This Year I’m Thankful That Love Always Wins

When I want to think, reflect, and contemplate life, I take a walk past the old lighthouse near my home on Martha’s Vineyard. I gaze out at the ocean and revel in the natural beauty all around me. No matter how far I wander – all roads lead back to that spot. It’s one of my favorite places on the little island that has captured my heart.

I’ve been blessed with a career that took me around the world many times over. From five-star restaurants in Paris and New York, to street vendors in Thailand, to mom-and-pop sandwich joints in New Orleans, I get to cook, laugh, and share stories in some of the most amazing places on the planet. Yet it’s this bit of sand just off Cape Cod where I feel most at home. Which is why I feel so fortunate to spend Thanksgiving here. As an immigrant who came to the United States from England in search of new opportunities, it’s a bit mind-blowing to think that I’m spending the holiday just a short boat ride from where English settlers celebrated the first Thanksgiving with the Wampanoag tribe.

I have so much to be grateful for. For starters, I’m the luckiest bloke who ever clawed his way out of Liverpool. Sure, the four lads who left town 35 years before me and played music on the “Ed Sullivan Show” also had a pretty good run. However, as a young boy learning to bake bread with my granny, I never imagined cooking would lead me on so many adventures and change my life. Sometimes it’s still hard to believe that my dream of moving to America actually came true 20 years ago.

The country has changed a lot since then, but I love it more than ever. I thought about those changes and the country’s challenges this week as I stood near the lighthouse and felt tears welling up in my eyes. The cold, salty wind was sweeping in off the ocean – but I can’t blame my tears on the wind. They came from a place of pure emotion. After witnessing months of tension between family and friends over this year’s presidential election, I was feeling a lot of hurt inside. I was grieving.

My grief wasn’t about a candidate or an ideology. It was about the lack of love, compassion, and empathy we’ve seen from so many people in recent weeks.

Change Starts at Home

I’m only about halfway through the process of being adopted by this wonderful country. Right now, the most American thing about me is my teeth. My dentist did a right fine job on those things! They look so good that some people think I got them from Steve Harvey’s garage sale. When I smile, I look like Walter Matthau in that “Dennis the Menace” movie.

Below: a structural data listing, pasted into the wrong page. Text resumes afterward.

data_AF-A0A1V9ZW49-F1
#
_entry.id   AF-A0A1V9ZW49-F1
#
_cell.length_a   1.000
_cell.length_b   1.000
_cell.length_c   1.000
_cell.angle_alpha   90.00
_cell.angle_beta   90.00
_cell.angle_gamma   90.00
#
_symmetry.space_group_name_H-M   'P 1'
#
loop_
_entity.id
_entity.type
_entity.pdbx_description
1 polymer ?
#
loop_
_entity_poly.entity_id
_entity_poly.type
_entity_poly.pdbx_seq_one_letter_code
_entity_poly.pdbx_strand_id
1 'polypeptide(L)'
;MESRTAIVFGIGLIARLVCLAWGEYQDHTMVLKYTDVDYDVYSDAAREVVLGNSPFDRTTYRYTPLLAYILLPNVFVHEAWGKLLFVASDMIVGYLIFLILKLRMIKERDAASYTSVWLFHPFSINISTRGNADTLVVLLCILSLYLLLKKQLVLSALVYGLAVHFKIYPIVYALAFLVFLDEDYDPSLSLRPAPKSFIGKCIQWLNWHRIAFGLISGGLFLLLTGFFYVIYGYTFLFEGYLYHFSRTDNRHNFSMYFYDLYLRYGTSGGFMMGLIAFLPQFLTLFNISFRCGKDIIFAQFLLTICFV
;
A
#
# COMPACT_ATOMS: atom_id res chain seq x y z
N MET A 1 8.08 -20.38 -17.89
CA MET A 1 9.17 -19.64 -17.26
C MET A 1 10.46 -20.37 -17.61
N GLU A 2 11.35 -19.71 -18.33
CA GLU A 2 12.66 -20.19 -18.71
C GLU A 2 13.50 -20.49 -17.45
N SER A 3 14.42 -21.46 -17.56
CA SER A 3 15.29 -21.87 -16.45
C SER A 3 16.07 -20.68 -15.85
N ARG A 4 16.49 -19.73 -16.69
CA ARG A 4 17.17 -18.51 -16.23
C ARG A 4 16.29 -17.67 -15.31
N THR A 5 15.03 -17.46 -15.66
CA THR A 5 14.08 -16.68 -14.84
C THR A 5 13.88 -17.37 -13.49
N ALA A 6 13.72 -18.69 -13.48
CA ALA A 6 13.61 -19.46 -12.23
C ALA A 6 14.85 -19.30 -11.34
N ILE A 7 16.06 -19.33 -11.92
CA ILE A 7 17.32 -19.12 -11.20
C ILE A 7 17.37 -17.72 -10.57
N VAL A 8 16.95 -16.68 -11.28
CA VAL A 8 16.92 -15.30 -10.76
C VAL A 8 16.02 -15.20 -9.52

Since I’m still an “American in training,” I sat as a witness on the sidelines throughout the 2016 campaign. It has been hard for me to watch folks turn against each other. I see families being fractured and lifelong bonds broken. But what occurred to me this week is that there is still far more good than evil. More love than hate. More kindness than bitterness.

The impolite, intolerant, and hateful are few. The overwhelming majority of Americans are loving, embracing, and inclusive. No matter whether they side with the donkey or the elephant, they are fundamentally the same. We all want to live in safety, earn a decent living, take care of our families, enjoy life, and make the world a better place.

It’s up to us to make sure the good outshines the bad, but it is a wee bit overwhelming to think that little old you or me can make a difference.

Yet we can. The greatest oaks have been little acorns.

So plant acorns in your own community or on your block. Creating change at the micro level is easy. From there it will grow infinitely. You can start making a difference today. As human beings, we have infinite love to share. Let’s give away as much of it as we can.

Help a neighbor. Smile at someone who looks sad. Better yet, offer to help them.

Cook a meal and invite those who need a place to eat. Thank a veteran, a police officer, a firefighter, or a nurse.

Do your legs work well? Then park further out in the parking lot and leave the closer spot for someone who might need it.

Is someone searching for a lost dog? Help them find their pet.

There is a mom, dad, brother, sister, grandparent, aunt, uncle, cousin, or old friend who wants to hear from you. Make the call.

The old guy down the street can’t figure out how to work his phone or program his DVR. Help him out.

Why not let love make it all better?

My Thanksgiving

When my daughter, Mei, arrived on the island yesterday, we started right in on our annual tradition of baking cookies that we deliver to the local fire station and police station. It’s a special time for us that we have been sharing for years, and I hope it’s one we hold on to as she gets older.

I feel so strongly about the power of food to bring people together. Politics and beliefs might divide us on some levels, but a good meal and time spent around the table has a way of unifying us. This year we are excited to have four locals joining our family for Thanksgiving dinner. We aren’t related by blood, but we are related in our desire to bond and share our hopes, dreams, and gravy.

Mmmmm. Gravy.

When it’s all said and done, each of us wants to give love and receive it. To make love blossom, we have to share kindness, encouragement, and forgiveness.

Maybe the Beatles had it correct in the last song they ever recorded:

And, in the end

The love you take

Is equal to the love you make

I wish each of you a happy Thanksgiving from the bottom of my Liverpool heart. I pray your day is filled with gratitude, love, laughter, kindness, and wholeness.


PS: Thank you to the entire team at AMG/Parade for believing in me and allowing me to do what I love.


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© 2016 Jon Ashton